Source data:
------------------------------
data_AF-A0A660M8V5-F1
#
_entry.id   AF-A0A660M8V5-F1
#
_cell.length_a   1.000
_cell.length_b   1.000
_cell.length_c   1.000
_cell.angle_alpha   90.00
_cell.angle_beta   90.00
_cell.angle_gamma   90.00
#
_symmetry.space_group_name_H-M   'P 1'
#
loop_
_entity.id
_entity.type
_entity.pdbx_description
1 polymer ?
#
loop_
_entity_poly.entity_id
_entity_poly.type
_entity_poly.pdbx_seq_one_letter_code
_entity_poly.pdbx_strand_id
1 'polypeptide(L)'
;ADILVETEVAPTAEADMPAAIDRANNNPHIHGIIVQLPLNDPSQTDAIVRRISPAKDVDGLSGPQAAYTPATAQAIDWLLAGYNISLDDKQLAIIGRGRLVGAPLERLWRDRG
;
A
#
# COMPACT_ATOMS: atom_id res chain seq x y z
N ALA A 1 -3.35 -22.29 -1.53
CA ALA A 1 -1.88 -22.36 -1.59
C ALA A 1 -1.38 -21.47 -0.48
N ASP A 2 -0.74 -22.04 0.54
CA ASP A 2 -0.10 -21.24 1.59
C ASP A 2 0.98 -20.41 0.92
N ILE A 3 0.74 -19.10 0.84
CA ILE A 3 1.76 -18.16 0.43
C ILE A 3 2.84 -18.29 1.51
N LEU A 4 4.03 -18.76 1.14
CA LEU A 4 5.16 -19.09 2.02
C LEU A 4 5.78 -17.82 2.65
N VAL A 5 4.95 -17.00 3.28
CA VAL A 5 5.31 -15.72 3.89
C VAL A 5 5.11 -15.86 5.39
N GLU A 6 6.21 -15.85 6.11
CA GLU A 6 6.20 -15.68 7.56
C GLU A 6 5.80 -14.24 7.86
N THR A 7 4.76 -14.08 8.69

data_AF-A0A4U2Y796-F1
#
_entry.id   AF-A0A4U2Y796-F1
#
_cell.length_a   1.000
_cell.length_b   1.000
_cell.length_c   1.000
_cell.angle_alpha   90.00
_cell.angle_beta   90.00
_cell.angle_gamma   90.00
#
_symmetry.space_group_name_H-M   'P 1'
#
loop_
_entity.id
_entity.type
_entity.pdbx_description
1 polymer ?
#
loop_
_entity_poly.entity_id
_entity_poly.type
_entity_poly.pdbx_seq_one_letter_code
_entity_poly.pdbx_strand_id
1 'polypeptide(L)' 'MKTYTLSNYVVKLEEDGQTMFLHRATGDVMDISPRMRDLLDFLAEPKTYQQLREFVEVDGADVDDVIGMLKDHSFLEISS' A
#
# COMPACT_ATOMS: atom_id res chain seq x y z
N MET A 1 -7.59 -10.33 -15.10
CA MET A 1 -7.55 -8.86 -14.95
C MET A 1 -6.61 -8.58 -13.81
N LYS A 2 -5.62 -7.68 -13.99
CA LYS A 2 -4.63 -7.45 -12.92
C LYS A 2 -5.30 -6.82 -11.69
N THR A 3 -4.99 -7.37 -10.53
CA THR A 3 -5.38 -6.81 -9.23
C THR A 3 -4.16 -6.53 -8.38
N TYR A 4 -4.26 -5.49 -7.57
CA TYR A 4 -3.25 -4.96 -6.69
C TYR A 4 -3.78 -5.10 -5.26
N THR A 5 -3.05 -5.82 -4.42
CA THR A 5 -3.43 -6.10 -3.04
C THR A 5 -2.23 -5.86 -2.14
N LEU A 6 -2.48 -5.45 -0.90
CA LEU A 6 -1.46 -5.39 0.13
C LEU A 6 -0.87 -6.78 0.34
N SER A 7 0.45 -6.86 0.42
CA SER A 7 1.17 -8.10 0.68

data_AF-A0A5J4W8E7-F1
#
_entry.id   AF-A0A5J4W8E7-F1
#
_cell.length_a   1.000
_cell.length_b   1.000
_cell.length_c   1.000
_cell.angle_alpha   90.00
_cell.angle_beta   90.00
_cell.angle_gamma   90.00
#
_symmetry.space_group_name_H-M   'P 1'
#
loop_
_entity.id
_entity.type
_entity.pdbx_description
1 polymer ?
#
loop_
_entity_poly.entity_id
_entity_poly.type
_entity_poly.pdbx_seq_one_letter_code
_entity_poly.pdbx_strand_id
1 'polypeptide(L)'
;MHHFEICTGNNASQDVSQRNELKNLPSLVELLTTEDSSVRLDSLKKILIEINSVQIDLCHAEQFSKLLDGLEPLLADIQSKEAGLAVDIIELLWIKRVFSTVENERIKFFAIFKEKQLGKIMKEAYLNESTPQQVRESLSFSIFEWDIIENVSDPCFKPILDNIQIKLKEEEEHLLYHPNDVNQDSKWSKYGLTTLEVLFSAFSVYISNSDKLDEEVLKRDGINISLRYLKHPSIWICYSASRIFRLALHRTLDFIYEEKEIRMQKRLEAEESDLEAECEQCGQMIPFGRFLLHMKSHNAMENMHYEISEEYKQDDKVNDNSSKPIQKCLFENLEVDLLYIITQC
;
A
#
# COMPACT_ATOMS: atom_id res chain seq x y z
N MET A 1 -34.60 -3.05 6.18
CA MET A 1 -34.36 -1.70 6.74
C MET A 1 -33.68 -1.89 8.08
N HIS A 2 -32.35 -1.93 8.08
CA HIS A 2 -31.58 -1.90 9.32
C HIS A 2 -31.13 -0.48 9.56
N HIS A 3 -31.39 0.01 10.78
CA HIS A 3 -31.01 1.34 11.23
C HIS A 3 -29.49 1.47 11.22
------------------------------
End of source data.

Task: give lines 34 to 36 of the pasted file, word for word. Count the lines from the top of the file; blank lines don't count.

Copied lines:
N ASP A 2 -0.74 -22.04 0.54
CA ASP A 2 -0.10 -21.24 1.59
C ASP A 2 0.98 -20.41 0.92